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SXSW in conversation: Jason Schwartzman on '7 Chinese Brothers'

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In Bob Byington's "7 Chinese Brothers," which premiered at this year's SXSW, Jason Schwartzman stars as Larry, a particular breed of aimless slacker coasting from dead-end job to dead-end job insulated by booze and pills — and finding himself on the wrong end of people's fists fairly often. Schwartzman sits down with Metro to talk working onscreen alongside his own dog, trying to relate to people with zero ambition and having a face people seem to want to punch all the time.

Is this the most you've ever been punched in a film, as a character?
I've been punched a lot. I think this one, I got slapped and punched a few times. And I think in "Rushmore" I get punched a few times. "Scott Pilgrim" is just exceptional, of course. But yeah, a lot.

Do you ever worry about why you keep getting offered such punch-able roles?
No, I can understand why they would hit these people. It's weird to be hit but not coming out of a fight. That's a whole separate kind of punch, and I think that it's very effective in a movie. A character just getting pushed or punched out of a frame can be funny and it's also very shocking. I liked it. I understood why this character was getting hit.

He's a bit eccentric, to be sure. Where did the randomly talking in different accents come from?
My dog in the movie is my dog in real life, and I said to Bob, "You know what's weird? I've been thinking about this, I talk to me dog in accents probably because he can't judge me." So Bob just wanted to try things in accents, and there was a really fun, experimental way about doing this movie. A lot of things were modular. The story was written and the lines were written, but the ideas of these bits — like when I talk to my dog about keying a guy's car, we tried that in so many different places in the movie, and it never worked. And the one day halfway through I started doing this English accent and all of a sudden it seemed to work.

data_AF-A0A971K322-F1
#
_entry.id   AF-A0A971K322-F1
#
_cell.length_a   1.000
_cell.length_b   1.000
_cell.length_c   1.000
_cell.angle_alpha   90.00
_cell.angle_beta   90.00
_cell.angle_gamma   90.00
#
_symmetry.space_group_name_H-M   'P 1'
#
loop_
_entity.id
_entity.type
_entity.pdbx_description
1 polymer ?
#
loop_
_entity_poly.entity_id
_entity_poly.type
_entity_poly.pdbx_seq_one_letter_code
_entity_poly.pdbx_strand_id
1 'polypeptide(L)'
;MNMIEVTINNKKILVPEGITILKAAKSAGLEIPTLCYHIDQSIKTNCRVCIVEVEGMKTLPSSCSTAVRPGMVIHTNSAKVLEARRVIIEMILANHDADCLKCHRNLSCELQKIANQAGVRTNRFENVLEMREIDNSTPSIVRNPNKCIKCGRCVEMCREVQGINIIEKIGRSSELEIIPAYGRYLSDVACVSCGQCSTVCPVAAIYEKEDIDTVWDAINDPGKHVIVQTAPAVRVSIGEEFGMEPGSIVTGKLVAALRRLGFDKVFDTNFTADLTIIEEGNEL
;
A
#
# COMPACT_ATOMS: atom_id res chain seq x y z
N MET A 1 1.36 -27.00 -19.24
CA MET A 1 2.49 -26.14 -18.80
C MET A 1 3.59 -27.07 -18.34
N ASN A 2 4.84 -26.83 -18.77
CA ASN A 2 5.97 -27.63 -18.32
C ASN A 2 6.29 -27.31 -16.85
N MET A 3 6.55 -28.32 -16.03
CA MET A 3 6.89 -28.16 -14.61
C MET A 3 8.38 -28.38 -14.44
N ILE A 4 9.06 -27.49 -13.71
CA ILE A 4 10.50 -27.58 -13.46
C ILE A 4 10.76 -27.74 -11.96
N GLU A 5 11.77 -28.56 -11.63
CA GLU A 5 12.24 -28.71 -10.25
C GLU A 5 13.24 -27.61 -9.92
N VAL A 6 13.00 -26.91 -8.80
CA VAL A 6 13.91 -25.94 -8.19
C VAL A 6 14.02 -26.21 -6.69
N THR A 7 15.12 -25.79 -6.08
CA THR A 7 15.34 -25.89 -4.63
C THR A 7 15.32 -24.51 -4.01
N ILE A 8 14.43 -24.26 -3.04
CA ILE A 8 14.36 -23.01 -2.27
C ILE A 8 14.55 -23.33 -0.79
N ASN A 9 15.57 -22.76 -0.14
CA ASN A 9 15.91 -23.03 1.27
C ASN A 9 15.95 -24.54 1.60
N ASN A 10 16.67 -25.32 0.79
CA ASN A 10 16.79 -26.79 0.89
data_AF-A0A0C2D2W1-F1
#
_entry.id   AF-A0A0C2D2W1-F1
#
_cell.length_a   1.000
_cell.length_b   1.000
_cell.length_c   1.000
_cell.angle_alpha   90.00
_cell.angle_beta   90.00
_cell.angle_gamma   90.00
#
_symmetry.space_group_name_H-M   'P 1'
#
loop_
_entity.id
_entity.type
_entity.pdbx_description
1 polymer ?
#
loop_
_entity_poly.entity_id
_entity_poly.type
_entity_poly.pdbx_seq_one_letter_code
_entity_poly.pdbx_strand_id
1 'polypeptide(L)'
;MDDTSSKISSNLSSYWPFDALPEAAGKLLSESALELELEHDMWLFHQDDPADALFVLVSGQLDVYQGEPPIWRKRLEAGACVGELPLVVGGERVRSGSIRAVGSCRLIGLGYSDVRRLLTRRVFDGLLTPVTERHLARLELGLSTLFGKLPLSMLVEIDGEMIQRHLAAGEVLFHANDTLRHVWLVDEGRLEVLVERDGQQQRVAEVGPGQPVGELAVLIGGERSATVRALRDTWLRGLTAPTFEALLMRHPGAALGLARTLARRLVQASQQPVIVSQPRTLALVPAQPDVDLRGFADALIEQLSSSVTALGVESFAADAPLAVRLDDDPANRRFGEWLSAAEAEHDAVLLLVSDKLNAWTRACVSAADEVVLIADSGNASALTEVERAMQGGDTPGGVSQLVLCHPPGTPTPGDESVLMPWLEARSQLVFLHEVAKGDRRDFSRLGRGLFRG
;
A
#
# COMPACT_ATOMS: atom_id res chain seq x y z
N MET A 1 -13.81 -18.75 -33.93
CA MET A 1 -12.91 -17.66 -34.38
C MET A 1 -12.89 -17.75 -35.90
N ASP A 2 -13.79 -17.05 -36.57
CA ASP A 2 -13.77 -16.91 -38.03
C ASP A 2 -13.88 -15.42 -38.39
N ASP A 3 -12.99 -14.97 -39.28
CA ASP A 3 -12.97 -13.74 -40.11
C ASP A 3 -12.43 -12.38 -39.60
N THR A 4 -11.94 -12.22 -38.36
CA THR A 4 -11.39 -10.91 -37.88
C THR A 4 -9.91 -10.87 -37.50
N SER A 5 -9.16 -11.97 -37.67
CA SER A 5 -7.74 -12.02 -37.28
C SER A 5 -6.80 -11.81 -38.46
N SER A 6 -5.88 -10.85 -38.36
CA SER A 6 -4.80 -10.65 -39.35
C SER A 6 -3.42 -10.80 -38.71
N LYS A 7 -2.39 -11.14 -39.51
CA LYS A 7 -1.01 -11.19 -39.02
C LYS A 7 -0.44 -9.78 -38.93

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I feel like if was a person with more ambition, he would actually be trying to pursue a career in comedy.
Who knows? I don't know, yeah. But whenever I've worked on other movies, the character's ambition is a big part of that character. You know you see some movie and the character is a banker — and just a banker. I've always struggled to relate to those characters because, like, what do they do? What someone does or what someone wants is a big part of the movie, for me. But this movie, I said to Bob, "What does Larry want? What is he doing, what's his ambition?" If you asked Larry as a character what he wants, he would say, "Well, I want to keep my job and feed my dog." For me, from the outside, that's a very hard thing to portray. I don't know if I'm ambitious, but I think it's good to have goals. This character doesn't seem to have goals that you could highlight. But Larry's a good guy.

He's not an asshole.
He's not an asshole and he's not super-depressed or an outwardly depressive person. He's just … going to work.

RELATED:SXSW in conversation: 'The Automatic Hate'

How did you end up working with your own dog, Arrow, for this?
Oddly enough, originally in the script it was a German shepherd, and Larry's dog originally was violent and would bite people. But we cast my dog, and he's the opposite of violent. I don't think he has teeth. He's the laziest animal in the world. And most bigger dogs have more energy, and we would have these scenes where Larry would just start talking to his dog, and I think it was cool that we got to use my dog and capitalize on his lethargy because we probably would've had to cut a lot sooner because the dog would've just gotten up and left. But my dog, he'll just watch you, but he won't get up unless he thinks you're leaving, so you can just pace around and talk to him.

So did you propose working with your own dog for this?
Bob says that I did. I thought that he came to my house, saw my dog and was like, "That's the dog for my movie." But Bob says that I was saying, "You should really consider my dog for this part." Probably somewhere in the middle is the truth.

So you're calling Bob a liar?
I'm calling the whole situation … strange. But it was nice and advantageous to me personally because I didn't have to find someone to watch him. He was on set all the time with us. He was there even when he wasn't in the scenes.

Did he have a lot of input on the editing?
Yeah, his cut has a lot more of him in it.

Follow Ned Ehrbar on Twitter: @nedrick

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